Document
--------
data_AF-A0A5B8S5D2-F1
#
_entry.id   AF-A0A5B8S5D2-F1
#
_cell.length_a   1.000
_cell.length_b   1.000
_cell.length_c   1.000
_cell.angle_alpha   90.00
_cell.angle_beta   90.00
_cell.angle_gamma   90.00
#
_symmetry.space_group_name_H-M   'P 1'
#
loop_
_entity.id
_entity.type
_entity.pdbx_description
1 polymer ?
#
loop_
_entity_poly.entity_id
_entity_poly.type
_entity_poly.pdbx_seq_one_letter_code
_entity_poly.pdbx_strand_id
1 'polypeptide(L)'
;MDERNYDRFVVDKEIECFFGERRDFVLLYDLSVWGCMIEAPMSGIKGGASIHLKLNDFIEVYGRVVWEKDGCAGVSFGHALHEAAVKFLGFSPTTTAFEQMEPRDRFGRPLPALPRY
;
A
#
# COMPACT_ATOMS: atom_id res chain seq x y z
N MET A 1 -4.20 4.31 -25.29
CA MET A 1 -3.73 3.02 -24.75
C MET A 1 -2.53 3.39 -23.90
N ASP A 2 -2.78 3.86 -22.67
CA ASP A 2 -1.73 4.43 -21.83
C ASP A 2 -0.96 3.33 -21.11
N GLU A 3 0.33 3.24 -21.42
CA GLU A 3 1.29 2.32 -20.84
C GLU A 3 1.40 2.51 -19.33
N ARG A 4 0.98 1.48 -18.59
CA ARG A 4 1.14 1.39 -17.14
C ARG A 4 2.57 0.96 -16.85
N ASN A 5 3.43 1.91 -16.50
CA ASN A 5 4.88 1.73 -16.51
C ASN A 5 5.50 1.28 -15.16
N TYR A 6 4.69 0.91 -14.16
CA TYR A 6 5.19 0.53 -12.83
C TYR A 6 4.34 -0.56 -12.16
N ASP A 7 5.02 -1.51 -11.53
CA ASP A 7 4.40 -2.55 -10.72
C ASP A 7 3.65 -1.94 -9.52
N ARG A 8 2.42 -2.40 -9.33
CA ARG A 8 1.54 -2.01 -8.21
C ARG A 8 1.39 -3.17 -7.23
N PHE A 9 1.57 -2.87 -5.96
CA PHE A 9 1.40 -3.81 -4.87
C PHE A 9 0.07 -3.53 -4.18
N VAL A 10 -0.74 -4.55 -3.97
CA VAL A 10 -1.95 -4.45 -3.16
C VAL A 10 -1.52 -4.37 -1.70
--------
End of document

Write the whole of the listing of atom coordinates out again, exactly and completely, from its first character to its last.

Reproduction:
data_AF-A0A5B8S5D2-F1
#
_entry.id   AF-A0A5B8S5D2-F1
#
_cell.length_a   1.000
_cell.length_b   1.000
_cell.length_c   1.000
_cell.angle_alpha   90.00
_cell.angle_beta   90.00
_cell.angle_gamma   90.00
#
_symmetry.space_group_name_H-M   'P 1'
#
loop_
_entity.id
_entity.type
_entity.pdbx_description
1 polymer ?
#
loop_
_entity_poly.entity_id
_entity_poly.type
_entity_poly.pdbx_seq_one_letter_code
_entity_poly.pdbx_strand_id
1 'polypeptide(L)'
;MDERNYDRFVVDKEIECFFGERRDFVLLYDLSVWGCMIEAPMSGIKGGASIHLKLNDFIEVYGRVVWEKDGCAGVSFGHALHEAAVKFLGFSPTTTAFEQMEPRDRFGRPLPALPRY
;
A
#
# COMPACT_ATOMS: atom_id res chain seq x y z
N MET A 1 -4.20 4.31 -25.29
CA MET A 1 -3.73 3.02 -24.75
C MET A 1 -2.53 3.39 -23.90
N ASP A 2 -2.78 3.86 -22.67
CA ASP A 2 -1.73 4.43 -21.83
C ASP A 2 -0.96 3.33 -21.11
N GLU A 3 0.33 3.24 -21.42
CA GLU A 3 1.29 2.32 -20.84
C GLU A 3 1.40 2.51 -19.33
N ARG A 4 0.98 1.48 -18.59
CA ARG A 4 1.14 1.39 -17.14
C ARG A 4 2.57 0.96 -16.85
N ASN A 5 3.43 1.91 -16.50
CA ASN A 5 4.88 1.73 -16.51
C ASN A 5 5.50 1.28 -15.16
N TYR A 6 4.69 0.91 -14.16
CA TYR A 6 5.19 0.53 -12.83
C TYR A 6 4.34 -0.56 -12.16
N ASP A 7 5.02 -1.51 -11.53
CA ASP A 7 4.40 -2.55 -10.72
C ASP A 7 3.65 -1.94 -9.52
N ARG A 8 2.42 -2.40 -9.33
CA ARG A 8 1.54 -2.01 -8.21
C ARG A 8 1.39 -3.17 -7.23
N PHE A 9 1.57 -2.87 -5.96
CA PHE A 9 1.40 -3.81 -4.87
C PHE A 9 0.07 -3.53 -4.18
N VAL A 10 -0.74 -4.55 -3.97
CA VAL A 10 -1.95 -4.45 -3.16
C VAL A 10 -1.52 -4.37 -1.70